We have had no problems with the Milwaukee (post 39 above). I deliberately ran it without re-charge for three weekends and was able to furl our large headsail without issue. On a fresh charge, it has enough torque to run me up the 80 foot mast (180#). We also use it to hoist the spinnaker from the cabin sole to the mast head. The spinaker is too heavy to haul on deck so out the hatch on a halyard is the ony way. Make sure you have the right angle device installed to reduce the speed 2:1 or you may stall the drive or crater the battery. If you turn the reducer around, it is a 1:2 speed increaser and the torque will be insufficient. In the high torque mode, I think I could part the 7/16" furling line.

I'm sure the Milwaukee is stronger, but it also costs more. I don't need to winch anyone up to the top, just top off my headsail and trim the jib in heavy wind. I think it will do the job for me -- if it doesn't, I'll return it.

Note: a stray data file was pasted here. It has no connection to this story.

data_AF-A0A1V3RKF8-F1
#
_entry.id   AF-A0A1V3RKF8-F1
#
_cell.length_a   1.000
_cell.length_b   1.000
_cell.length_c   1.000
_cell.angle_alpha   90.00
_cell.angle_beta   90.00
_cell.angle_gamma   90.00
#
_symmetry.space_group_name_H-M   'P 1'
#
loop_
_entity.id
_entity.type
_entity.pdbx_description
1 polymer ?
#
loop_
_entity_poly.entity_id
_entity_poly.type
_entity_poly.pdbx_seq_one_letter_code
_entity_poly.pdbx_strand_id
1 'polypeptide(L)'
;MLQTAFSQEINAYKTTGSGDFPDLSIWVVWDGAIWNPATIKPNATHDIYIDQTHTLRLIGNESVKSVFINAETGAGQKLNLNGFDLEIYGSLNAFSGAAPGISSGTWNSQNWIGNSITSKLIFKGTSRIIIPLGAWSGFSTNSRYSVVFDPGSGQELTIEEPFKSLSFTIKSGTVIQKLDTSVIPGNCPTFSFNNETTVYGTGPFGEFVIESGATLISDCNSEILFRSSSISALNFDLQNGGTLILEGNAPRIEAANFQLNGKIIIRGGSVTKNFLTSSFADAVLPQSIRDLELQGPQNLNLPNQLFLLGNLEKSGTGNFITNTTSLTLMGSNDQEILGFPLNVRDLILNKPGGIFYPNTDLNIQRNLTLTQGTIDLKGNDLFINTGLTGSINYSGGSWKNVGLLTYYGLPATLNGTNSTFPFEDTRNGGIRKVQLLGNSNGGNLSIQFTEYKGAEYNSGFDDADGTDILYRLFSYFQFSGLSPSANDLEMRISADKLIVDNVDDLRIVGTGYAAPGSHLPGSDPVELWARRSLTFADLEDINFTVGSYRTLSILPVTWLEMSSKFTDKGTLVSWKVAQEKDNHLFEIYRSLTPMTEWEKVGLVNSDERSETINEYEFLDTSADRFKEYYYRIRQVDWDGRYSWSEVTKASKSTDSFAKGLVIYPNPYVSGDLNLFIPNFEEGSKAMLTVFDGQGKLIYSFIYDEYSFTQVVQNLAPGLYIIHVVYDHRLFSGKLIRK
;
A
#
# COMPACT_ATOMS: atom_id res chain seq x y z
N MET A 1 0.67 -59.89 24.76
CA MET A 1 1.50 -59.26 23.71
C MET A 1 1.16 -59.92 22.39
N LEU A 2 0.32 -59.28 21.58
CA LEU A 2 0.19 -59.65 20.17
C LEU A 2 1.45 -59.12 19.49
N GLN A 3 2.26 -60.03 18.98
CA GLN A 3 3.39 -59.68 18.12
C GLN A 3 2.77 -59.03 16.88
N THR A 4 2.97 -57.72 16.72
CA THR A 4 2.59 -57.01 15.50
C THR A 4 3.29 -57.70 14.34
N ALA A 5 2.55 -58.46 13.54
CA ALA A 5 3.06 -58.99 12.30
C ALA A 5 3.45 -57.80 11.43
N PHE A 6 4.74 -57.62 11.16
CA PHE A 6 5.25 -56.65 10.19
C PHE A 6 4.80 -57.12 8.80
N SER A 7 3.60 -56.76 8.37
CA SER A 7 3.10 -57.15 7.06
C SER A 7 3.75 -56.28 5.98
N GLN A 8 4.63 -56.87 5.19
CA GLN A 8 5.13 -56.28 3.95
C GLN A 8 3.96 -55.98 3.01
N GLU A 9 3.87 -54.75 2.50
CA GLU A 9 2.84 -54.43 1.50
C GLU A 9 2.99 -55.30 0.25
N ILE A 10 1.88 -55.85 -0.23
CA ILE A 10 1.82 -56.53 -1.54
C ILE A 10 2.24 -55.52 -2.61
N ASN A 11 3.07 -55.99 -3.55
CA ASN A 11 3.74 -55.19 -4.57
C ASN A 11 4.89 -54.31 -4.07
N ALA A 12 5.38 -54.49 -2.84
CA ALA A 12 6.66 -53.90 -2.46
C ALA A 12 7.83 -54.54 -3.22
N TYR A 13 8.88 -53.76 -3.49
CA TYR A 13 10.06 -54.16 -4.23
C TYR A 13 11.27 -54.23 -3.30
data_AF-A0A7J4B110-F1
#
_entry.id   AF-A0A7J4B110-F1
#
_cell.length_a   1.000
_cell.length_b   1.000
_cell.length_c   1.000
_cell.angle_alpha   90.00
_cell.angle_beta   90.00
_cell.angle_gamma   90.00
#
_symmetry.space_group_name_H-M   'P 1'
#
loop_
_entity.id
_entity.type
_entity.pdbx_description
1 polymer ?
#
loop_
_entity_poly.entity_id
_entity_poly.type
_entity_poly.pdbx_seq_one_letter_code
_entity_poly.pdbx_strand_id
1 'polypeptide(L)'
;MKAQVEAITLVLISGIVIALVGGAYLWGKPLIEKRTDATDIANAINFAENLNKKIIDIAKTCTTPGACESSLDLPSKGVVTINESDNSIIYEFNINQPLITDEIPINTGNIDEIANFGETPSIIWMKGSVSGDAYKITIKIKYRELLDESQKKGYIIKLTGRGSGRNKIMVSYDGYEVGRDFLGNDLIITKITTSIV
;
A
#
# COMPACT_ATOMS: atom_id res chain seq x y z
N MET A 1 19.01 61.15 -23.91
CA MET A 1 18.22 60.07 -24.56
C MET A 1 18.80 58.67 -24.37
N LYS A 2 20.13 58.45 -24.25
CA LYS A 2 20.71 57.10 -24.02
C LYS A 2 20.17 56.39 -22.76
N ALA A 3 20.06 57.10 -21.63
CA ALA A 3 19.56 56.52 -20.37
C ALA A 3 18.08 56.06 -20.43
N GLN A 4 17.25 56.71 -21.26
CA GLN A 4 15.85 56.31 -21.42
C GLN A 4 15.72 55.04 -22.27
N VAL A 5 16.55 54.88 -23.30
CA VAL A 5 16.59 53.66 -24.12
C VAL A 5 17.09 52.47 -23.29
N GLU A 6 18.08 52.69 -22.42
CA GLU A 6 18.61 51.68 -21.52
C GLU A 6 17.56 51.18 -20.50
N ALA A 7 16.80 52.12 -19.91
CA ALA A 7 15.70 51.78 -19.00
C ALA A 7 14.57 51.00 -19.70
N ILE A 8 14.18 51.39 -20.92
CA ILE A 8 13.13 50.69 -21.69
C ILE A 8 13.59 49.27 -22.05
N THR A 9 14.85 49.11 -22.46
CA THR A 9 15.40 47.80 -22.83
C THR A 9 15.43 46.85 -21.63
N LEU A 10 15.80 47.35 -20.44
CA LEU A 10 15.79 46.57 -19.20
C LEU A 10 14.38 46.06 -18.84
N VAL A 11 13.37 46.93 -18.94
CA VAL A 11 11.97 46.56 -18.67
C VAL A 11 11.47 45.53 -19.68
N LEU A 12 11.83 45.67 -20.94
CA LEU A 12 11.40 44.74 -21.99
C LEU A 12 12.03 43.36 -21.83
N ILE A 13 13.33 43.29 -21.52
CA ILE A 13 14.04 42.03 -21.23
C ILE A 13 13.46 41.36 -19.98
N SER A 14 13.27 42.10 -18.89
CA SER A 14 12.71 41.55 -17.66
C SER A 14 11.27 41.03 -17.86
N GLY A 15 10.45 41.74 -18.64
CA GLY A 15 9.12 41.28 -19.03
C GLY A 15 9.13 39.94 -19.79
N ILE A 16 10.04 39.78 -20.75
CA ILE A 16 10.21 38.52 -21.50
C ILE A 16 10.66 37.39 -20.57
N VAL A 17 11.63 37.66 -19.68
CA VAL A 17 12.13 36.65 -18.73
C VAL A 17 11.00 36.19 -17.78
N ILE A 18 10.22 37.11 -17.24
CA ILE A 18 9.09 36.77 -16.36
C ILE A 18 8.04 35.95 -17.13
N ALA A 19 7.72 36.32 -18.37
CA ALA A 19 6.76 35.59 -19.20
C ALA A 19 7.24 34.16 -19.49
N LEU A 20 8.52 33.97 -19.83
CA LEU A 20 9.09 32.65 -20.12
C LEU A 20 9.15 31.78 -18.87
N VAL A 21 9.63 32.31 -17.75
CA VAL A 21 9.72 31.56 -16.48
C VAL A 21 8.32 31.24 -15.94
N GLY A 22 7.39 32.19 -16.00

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Old 13-10-2013, 18:30   #51
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Re: WinchRite

Hi Guys,
We love the Winchrite. It goes on charge the night before sailing and has a charge that lasts us all day. Great for raising the main and sheeting the head sail.
I do find it a lot bigger than a winch handle and worry about it leaving the winch in heavy weather.
The admiral just reminded me that the best time for its use is when we need to reef and now she can handle the whole operation by herself which is great for me as I don't have to put down the beer.
We have had it for 5 years now and got ours by post direct from the states, forget which web site but the service was good and has helped us take some of the load off.
A warning came with the unit Not to use it to raise or lower someone up the mast but when we were trailer sailing we used it to raise the mast. Another time we improved our sailing experiences.